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2009 Artificial Reef Fishing Survey

By Hugh Carberry, Reef Coordinator
Jennifer Resciniti, Technician
January 13, 2010

New Jersey's Artificial Reef Program is one of the most impressive in the nation, comprised of more than 1200 patch reefs on 15 reef sites. The reefs are within easy boat range of 12 ocean inlets from Sandy Hook to Cape May and have provided outstanding fishing opportunities since 1984.

The reefs provide structure and cover which attract fish on a largely featureless ocean bottom. Over the years various materials, including surplus Coast Guard vessels, obsolete US Army tanks, rock, tire units, concrete bridge decking and "reef balls" have been incorporated in the reefs. (See the Reef Deployments page for information on deployments since 2006.)

The best way for managers to assess the effectiveness of reef building efforts is to survey the anglers that use them. As part of these assessment efforts, the reef program included a questionnaire in the 2009 edition of Reef News for anglers to complete and submit. Reef News is an annual newsletter sent to more than 7,300 anglers and available online. The objectives of the survey were to assess reef building effectiveness and obtain other relevant data that would make us more efficient reef managers.

Artificial reef structure
Fully Colonized Artificial Reef Structure
(photo courtesy Herb Segars)
Click to enlarge

A total of 203 returned surveys were received following the dissemination of the 2009 Reef News. Survey responses indicated that the predominant user groups were individual boat owners and anglers who access reefs by fishing on a friend's boat. Party boat patrons were the third most prevalent user group. (See data)

Of the ten questions in the questionnaire, perhaps the most important to the program was anglers rating their angling success. Of the responses received, 54% of participants categorized their success rate as "good" and 23% indicated it was "excellent." The remaining 23% categorized their success as "fair" to "poor" (19% fair 4% poor). Given that a success day of fishing depends on many factors, including weather conditions, these results show unequivocally that New Jersey's Reef Network provides important locations for anglers to catch fish. (See data)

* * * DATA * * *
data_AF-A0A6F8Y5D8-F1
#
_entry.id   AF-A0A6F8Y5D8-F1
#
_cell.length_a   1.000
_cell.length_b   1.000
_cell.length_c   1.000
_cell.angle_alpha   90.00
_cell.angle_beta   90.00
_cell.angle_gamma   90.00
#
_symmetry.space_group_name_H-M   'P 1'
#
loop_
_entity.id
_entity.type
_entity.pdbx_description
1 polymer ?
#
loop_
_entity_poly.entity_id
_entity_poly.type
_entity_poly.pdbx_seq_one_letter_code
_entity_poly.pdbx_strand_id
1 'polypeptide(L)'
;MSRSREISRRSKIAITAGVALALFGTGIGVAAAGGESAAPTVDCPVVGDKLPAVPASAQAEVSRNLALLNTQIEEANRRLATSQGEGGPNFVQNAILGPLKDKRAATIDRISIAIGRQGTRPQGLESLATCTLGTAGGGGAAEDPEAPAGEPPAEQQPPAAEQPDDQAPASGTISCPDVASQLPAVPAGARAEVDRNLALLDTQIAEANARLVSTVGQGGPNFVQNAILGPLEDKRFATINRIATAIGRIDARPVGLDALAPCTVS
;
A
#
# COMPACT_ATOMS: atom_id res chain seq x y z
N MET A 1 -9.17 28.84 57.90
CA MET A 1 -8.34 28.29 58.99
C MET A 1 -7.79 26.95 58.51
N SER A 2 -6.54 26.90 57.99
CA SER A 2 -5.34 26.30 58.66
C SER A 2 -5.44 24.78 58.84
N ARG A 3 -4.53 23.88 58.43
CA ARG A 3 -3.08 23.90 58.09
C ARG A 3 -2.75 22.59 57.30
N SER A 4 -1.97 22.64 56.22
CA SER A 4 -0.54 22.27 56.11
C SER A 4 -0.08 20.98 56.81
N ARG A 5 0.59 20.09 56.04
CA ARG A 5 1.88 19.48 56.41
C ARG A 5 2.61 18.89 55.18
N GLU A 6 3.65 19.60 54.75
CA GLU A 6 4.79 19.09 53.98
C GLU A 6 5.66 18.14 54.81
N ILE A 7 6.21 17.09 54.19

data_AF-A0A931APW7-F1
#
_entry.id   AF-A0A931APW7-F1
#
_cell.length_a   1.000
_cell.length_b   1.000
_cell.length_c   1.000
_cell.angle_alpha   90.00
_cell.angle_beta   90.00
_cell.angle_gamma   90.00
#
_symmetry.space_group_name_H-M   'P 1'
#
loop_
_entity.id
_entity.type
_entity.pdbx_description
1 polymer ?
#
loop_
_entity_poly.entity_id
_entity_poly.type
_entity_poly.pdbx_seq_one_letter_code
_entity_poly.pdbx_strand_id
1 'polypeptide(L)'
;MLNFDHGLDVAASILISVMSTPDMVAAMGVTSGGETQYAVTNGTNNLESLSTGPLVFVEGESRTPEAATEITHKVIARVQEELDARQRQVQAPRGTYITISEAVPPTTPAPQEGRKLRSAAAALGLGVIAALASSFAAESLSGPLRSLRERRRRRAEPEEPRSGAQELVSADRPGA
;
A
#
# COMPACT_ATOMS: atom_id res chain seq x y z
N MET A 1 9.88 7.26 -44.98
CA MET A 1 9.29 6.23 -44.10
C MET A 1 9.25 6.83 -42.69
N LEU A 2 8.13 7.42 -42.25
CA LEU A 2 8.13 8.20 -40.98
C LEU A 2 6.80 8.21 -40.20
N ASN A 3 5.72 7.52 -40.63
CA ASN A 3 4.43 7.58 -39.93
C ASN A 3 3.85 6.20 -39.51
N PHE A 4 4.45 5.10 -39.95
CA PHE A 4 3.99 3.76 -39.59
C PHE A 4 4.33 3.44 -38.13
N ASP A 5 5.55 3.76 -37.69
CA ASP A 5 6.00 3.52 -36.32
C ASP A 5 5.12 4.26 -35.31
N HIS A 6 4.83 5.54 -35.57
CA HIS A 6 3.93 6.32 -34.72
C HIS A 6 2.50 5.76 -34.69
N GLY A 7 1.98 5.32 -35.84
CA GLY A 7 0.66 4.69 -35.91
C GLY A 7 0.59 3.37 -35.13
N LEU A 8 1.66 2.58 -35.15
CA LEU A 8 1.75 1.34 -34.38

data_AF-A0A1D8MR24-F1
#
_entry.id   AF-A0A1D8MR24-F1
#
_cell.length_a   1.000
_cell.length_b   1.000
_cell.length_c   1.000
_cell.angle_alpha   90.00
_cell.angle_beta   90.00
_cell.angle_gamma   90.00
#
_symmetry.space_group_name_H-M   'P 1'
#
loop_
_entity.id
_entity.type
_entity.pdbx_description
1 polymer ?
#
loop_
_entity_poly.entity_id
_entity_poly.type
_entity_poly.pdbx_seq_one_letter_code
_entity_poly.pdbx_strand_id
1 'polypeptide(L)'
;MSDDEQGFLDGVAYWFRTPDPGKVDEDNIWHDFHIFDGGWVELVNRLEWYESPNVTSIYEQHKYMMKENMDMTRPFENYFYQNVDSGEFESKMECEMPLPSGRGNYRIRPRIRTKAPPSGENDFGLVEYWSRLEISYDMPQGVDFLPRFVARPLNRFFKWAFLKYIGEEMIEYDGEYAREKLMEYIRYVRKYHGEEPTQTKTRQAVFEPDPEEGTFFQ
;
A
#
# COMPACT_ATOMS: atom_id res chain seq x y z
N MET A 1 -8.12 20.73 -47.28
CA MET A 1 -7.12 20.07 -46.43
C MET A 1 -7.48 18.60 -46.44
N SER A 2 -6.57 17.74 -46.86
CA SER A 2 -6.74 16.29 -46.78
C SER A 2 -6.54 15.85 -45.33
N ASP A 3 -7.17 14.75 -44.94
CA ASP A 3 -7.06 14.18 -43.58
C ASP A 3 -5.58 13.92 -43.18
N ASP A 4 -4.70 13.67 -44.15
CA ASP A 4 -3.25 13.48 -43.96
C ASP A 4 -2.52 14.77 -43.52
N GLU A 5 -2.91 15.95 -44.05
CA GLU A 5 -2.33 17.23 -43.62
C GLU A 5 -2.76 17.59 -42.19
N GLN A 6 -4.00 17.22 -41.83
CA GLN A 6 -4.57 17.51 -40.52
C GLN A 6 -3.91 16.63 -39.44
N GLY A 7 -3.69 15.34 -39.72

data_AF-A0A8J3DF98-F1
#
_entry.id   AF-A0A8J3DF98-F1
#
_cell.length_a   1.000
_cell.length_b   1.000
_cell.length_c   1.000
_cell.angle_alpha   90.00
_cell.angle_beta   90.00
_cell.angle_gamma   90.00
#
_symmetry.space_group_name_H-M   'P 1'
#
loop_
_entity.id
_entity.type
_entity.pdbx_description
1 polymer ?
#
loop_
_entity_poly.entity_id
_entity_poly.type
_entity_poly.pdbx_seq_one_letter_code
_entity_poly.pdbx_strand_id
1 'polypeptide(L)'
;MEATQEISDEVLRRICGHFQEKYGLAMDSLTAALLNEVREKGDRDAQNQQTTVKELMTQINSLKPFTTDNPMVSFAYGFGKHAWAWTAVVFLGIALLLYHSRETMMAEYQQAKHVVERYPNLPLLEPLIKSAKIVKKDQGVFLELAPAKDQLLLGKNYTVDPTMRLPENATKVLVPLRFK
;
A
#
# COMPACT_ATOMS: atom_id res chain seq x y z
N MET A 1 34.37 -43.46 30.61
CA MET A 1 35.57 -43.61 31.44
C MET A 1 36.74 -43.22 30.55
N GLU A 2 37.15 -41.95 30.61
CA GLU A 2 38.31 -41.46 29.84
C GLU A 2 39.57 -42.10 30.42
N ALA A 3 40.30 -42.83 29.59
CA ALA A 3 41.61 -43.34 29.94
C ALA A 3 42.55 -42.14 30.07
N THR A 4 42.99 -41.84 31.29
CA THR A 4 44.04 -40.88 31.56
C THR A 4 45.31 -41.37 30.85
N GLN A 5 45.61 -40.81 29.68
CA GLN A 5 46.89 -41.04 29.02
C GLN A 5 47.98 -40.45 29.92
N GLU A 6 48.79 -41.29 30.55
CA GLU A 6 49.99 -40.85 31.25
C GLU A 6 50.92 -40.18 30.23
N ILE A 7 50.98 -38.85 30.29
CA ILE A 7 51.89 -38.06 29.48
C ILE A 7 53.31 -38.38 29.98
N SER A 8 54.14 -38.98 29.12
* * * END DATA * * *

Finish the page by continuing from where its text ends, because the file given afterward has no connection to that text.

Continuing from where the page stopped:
Program managers are not only interested in the good aspects of artificial reefs but also any negatives. Survey participants indicated that their strongest dislike (116 responses) pertaining to angling on the reef network is the presence of commercial fishing gear. These results are not unexpected given the volume of complaints about commercial fishing gear the program has received over the past three years. Losses of gear (24 responses) and crowds (20 responses) were the only other negatives reported by participants. (See data)

Survey participants were asked to quantify the number of fishing trips made to specific reefs. Responses indicated that the Barnegat Light Reef had the highest number of trips and the Great Egg Reef had the least. Surprisingly, the Townsends Inlet Reef, the newest reef within the network, had the highest recorded fishing trips of reef sites located off Cape May County. (See data)

Reef anglers utilize different methods to catch fish, including drifting, trolling and anchoring over structure. The exact method utilized is largely dependant on the targeted fish species, preference and experience level. Responses from the survey indicated that the predominant method utilized by anglers is drift fishing. These results are not unexpected given that drift fishing is the least labor intensive and can be an extremely effective technique to catch summer flounder and black sea bass. (See data)

When participants were asked to rank reef-associated fishes by order of importance, summer flounder and black sea bass topped the list (146 responses each), followed by blackfish (102 responses). (See data)

Participants were also asked to rank reef structure by order of importance. Vessels, rock and concrete were determined to be the most important structures, eliciting 137, 95 and 94 responses respectively. (See data)

The Artificial Reef Program staff would like to thank all the anglers who took the time and effort to participate in the Artificial Reef Survey. The results and comments submitted will figure prominently in our management efforts. We intend to perform future surveys to gain additional information on your opinions and concerns. Although participation in this survey was low (only 3%), it is hoped that future participation will be much higher - Remember, the more people we hear from the better and more comprehensive our survey results will be. Our subsequent management actions will reflect angler input. A full report of these results will be available in the 2010 Reef News, available this spring.


The links below open a window with a graph showing survey results for each topic:

Responses by Group
Success Rates
Primary Dislikes
Trips by Reef Site
Fishing Methods
Fishes Targeted
Structure Importance


Artificial Reef Program (includes links to Reef News)
A Guide to Fishing and Diving New Jersey's Reefs
Artificial Reef Locations
Artificial Reef Deployments
Reef Tactics for Black Sea Bass by Hugh Carberry and Jeff Carlson
Saltwater Fishing in New Jersey
Bureau of Marine Fisheries

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Department of Environmental Protection
P. O. Box 402
Trenton, NJ 08625-0402

Last Updated: January 13, 2010